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What you should know about sterilisation: Development and your dog’s sex hormones

A condition of sale of your puppy is that you will sterilise (otherwise known as desex, spay, or neuter) your puppy.

Sterilisation should occur between 12-24 months old.

Desexing too young can have detrimental effect on your dog’s life including the following diseases:

  • Hip and elbow dysplasia
  • Cruciate ligament injury and tear
  • Arthritis and joint disease
  • Lymphosarcoma
  • Hemangiosarcoma
  • Mast cell tumour
  • Shorter life expectancy

Research now shows that desexing before 12 months old (in larger breed dogs) signficantly increases the risk of joint disorders, in particular cruciate ligament tears and dysplasia. Some research suggests this risk increases by as much as three times if the dog is spayed at a young age.

For the dog’s sake it is very important that they be allowed to reach sexual maturity (in females, this means having one to two heat cycles) before being desexed. Until a dog reaches sexual maturity, their bones and joints are still developing and ossifying (forming and hardening). Joint plates do not close until sexual maturity. Visit our Exercise, Growth and Joints page.

Removing the ovaries or testes disrupts the production of hormones that play an important role in body processes such as bone development and when to signal growth plate closure.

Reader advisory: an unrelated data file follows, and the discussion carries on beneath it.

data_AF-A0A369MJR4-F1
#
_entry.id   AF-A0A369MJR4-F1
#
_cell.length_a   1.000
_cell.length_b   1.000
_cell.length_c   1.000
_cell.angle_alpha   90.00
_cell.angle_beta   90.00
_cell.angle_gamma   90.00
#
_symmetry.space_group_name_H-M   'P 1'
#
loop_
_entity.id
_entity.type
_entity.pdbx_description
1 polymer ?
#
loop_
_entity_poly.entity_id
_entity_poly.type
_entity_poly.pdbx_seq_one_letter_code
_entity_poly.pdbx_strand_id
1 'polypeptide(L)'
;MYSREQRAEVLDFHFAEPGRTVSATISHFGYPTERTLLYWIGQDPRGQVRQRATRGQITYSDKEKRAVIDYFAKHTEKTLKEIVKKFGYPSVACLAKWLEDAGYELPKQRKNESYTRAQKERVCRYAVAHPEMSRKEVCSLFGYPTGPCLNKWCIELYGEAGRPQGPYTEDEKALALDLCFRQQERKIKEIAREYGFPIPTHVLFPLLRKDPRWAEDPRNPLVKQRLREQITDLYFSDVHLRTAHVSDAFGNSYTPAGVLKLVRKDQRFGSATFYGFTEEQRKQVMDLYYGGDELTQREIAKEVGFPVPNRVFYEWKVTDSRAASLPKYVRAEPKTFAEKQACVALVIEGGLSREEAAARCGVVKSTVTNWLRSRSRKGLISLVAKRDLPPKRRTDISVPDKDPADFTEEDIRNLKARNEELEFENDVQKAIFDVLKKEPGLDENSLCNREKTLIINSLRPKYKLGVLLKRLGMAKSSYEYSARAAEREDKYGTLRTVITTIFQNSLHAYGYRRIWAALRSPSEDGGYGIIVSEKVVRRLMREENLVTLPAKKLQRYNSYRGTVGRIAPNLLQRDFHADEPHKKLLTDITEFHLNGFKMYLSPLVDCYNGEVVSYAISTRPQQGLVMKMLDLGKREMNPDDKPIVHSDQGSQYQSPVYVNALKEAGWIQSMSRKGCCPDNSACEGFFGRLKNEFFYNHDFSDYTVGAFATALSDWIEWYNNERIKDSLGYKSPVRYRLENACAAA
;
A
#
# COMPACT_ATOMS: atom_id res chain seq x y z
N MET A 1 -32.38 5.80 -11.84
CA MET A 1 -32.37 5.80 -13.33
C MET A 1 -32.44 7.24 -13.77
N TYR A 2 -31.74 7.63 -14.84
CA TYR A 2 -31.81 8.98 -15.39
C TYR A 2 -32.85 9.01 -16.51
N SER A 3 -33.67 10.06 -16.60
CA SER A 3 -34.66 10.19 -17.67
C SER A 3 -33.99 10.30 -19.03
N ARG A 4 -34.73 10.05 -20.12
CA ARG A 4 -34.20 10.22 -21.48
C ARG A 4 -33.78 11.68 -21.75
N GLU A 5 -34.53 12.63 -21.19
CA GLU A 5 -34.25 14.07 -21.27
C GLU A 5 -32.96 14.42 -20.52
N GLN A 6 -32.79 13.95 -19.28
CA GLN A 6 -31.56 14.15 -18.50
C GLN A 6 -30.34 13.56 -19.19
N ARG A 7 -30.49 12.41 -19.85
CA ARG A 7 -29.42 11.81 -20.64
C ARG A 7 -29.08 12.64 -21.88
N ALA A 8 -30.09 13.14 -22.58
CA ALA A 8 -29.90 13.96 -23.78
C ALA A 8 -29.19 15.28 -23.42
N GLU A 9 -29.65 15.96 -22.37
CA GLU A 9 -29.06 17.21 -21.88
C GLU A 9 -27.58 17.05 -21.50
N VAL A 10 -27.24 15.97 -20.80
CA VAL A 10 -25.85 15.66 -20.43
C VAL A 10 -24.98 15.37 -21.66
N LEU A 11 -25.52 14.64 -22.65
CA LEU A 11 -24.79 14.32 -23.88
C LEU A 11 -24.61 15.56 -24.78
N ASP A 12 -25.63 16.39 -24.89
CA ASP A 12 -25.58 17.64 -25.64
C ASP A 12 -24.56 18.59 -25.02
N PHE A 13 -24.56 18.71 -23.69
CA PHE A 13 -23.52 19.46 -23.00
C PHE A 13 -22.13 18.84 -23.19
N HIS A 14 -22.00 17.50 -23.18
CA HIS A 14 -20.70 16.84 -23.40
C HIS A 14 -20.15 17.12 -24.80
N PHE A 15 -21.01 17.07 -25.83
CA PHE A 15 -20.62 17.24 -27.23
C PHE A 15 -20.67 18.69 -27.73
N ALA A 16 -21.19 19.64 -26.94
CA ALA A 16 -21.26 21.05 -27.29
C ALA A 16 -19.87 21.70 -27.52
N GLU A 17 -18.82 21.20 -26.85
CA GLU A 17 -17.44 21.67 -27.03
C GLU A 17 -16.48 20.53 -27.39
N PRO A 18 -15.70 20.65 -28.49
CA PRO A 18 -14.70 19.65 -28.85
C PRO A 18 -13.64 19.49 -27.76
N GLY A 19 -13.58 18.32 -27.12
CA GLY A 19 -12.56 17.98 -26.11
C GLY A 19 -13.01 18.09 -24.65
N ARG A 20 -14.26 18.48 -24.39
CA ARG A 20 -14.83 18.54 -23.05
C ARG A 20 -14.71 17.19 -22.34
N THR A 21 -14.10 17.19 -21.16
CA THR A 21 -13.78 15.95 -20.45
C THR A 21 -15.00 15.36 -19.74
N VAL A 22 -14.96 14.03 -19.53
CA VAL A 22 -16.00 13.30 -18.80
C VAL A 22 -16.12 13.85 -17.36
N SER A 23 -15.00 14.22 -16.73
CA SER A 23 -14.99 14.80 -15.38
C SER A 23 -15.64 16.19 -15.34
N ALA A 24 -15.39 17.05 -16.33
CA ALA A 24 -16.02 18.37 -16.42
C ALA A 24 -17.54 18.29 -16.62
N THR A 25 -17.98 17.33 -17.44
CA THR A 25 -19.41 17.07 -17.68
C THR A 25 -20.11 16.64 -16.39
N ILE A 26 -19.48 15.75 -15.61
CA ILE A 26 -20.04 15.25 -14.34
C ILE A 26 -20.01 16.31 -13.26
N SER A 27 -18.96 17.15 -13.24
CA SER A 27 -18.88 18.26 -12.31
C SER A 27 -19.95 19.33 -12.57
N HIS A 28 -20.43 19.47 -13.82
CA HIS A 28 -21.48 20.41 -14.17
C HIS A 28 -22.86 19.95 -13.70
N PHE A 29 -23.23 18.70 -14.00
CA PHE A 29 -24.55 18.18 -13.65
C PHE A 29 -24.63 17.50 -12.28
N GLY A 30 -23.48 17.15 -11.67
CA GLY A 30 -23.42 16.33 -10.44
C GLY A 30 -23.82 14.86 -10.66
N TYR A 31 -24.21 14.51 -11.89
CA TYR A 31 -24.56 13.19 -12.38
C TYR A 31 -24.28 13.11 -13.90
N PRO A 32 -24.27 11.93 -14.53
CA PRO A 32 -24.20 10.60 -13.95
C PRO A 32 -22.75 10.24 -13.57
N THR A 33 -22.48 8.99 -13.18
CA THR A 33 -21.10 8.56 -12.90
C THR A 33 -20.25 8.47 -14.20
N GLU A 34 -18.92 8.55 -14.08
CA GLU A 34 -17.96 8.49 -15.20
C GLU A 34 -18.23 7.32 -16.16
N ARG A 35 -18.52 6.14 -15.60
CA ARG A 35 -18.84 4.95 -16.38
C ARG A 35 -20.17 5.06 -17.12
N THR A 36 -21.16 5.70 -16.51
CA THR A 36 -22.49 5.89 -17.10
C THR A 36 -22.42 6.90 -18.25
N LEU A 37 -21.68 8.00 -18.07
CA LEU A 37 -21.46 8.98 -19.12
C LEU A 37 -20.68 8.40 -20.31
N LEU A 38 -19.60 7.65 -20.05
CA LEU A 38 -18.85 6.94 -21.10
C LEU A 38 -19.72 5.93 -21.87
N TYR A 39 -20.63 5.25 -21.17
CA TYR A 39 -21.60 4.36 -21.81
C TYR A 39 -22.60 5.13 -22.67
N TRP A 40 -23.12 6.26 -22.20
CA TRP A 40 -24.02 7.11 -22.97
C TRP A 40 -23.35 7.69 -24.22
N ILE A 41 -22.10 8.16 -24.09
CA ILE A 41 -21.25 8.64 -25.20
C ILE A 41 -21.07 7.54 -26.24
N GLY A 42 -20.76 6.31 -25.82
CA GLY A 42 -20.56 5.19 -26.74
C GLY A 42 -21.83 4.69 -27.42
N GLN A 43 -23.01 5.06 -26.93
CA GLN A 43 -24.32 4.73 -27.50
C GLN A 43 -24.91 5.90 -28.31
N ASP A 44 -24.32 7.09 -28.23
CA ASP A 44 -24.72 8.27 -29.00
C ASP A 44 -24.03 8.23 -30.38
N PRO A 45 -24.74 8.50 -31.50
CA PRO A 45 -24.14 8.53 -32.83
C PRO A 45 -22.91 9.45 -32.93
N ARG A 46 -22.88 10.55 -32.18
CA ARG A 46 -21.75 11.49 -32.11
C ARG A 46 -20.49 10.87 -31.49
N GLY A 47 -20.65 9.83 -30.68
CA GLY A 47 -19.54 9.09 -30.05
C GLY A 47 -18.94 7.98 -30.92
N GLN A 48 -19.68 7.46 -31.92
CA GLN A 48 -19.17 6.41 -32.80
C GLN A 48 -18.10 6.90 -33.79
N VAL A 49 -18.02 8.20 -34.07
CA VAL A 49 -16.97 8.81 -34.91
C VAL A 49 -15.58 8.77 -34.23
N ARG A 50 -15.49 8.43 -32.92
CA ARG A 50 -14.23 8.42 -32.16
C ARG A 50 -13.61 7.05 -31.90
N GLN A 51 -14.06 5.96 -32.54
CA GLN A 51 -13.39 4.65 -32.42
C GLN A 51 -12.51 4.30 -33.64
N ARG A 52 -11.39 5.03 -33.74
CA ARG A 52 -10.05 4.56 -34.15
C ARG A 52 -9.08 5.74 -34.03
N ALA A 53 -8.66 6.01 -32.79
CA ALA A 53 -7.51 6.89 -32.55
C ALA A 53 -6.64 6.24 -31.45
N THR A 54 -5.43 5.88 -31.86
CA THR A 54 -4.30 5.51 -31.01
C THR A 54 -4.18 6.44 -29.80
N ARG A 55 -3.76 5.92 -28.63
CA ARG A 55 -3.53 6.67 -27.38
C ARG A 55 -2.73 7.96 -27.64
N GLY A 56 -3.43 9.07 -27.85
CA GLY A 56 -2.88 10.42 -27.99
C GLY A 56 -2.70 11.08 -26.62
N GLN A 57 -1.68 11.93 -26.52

Veterinarians are now applying the research (which shows that early sterilisation increases the risk of dysplasia, impacts bone and joint development, and increases joint disease) in their practice and recommend to delay sterilisation in larger breeds such as labradors, golden retrievers, and german shepherds until they reach sexual maturity, to decrease their risk of dysplasia and joint disease.

Most breeders who understand the risks to growth and development have been making this recommendation for many years, and finally the scientific studies to evidence this are being published.

Female Labrador’s Heat Cycle

As a female labrador is sexually maturing, she will come into ‘heat’ around 8-12 months of age and about every 6 months after this.

Part of the female dog’s natural reproductive cycle is being ‘on heat’ or ‘in season’, during which time she becomes fertile. A heat cycle lasts about 3 weeks and happens about every 6 months. During her heat, she will bleed on and off for this period of time.

It is important that females be allowed to have one or two seasons before sterilisation, to ensure they have reached sexual maturity, since disruption of sex hormones affects growth and development (especially of bones and joints).

It is critical that she does not come into contact with any male dogs, as she is fertile during her heat. Females on heat should not be exercised in public and cannot enter dog training grounds. Ensure she is kept in your own fully secure yard, preventing her getting out and any males getting in. Males can detect a female on heat from a long distance and will climb, jump, dig, or whatever it takes to get to her. Male dogs will track and follow a female on heat for a long distance, several kilometres, so make sure she is safely secure.

Managing a female dog on heat is otherwise not that difficult. She will usually become more cuddly and clingy to her humans. It is important to give her the extra affection she is seeking. Lots of hugs and reassurance.